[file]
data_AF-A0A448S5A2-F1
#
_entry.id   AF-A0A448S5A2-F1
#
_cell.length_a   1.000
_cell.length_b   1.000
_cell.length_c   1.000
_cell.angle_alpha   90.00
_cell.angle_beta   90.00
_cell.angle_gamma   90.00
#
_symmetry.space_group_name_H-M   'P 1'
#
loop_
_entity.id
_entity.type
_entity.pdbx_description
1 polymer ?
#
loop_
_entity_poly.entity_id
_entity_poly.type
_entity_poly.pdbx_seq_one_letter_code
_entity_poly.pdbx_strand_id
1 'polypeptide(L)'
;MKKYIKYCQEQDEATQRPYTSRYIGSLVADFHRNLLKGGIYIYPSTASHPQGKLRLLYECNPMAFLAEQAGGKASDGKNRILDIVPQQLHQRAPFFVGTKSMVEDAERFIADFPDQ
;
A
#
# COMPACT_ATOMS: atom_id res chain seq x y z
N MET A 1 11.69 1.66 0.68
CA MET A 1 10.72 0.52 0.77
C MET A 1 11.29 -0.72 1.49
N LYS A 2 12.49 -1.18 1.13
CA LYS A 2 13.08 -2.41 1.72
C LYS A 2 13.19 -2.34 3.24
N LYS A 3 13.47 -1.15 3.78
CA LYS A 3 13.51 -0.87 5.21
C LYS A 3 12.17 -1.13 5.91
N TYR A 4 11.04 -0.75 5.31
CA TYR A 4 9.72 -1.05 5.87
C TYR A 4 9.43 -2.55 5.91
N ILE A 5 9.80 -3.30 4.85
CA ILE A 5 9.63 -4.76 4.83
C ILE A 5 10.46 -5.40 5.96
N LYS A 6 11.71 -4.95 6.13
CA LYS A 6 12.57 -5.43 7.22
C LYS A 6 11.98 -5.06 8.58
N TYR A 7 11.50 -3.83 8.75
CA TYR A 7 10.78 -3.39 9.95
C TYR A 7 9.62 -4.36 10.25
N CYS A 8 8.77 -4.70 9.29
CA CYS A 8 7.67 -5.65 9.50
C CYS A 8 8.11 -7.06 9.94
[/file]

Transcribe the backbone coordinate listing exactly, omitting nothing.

data_AF-A0A448S5A2-F1
#
_entry.id   AF-A0A448S5A2-F1
#
_cell.length_a   1.000
_cell.length_b   1.000
_cell.length_c   1.000
_cell.angle_alpha   90.00
_cell.angle_beta   90.00
_cell.angle_gamma   90.00
#
_symmetry.space_group_name_H-M   'P 1'
#
loop_
_entity.id
_entity.type
_entity.pdbx_description
1 polymer ?
#
loop_
_entity_poly.entity_id
_entity_poly.type
_entity_poly.pdbx_seq_one_letter_code
_entity_poly.pdbx_strand_id
1 'polypeptide(L)'
;MKKYIKYCQEQDEATQRPYTSRYIGSLVADFHRNLLKGGIYIYPSTASHPQGKLRLLYECNPMAFLAEQAGGKASDGKNRILDIVPQQLHQRAPFFVGTKSMVEDAERFIADFPDQ
;
A
#
# COMPACT_ATOMS: atom_id res chain seq x y z
N MET A 1 11.69 1.66 0.68
CA MET A 1 10.72 0.52 0.77
C MET A 1 11.29 -0.72 1.49
N LYS A 2 12.49 -1.18 1.13
CA LYS A 2 13.08 -2.41 1.72
C LYS A 2 13.19 -2.34 3.24
N LYS A 3 13.47 -1.15 3.78
CA LYS A 3 13.51 -0.87 5.21
C LYS A 3 12.17 -1.13 5.91
N TYR A 4 11.04 -0.75 5.31
CA TYR A 4 9.72 -1.05 5.87
C TYR A 4 9.43 -2.55 5.91
N ILE A 5 9.80 -3.30 4.85
CA ILE A 5 9.63 -4.76 4.83
C ILE A 5 10.46 -5.40 5.96
N LYS A 6 11.71 -4.95 6.13
CA LYS A 6 12.57 -5.43 7.22
C LYS A 6 11.98 -5.06 8.58
N TYR A 7 11.50 -3.83 8.75
CA TYR A 7 10.78 -3.39 9.95
C TYR A 7 9.62 -4.36 10.25
N CYS A 8 8.77 -4.70 9.29
CA CYS A 8 7.67 -5.65 9.50
C CYS A 8 8.11 -7.06 9.94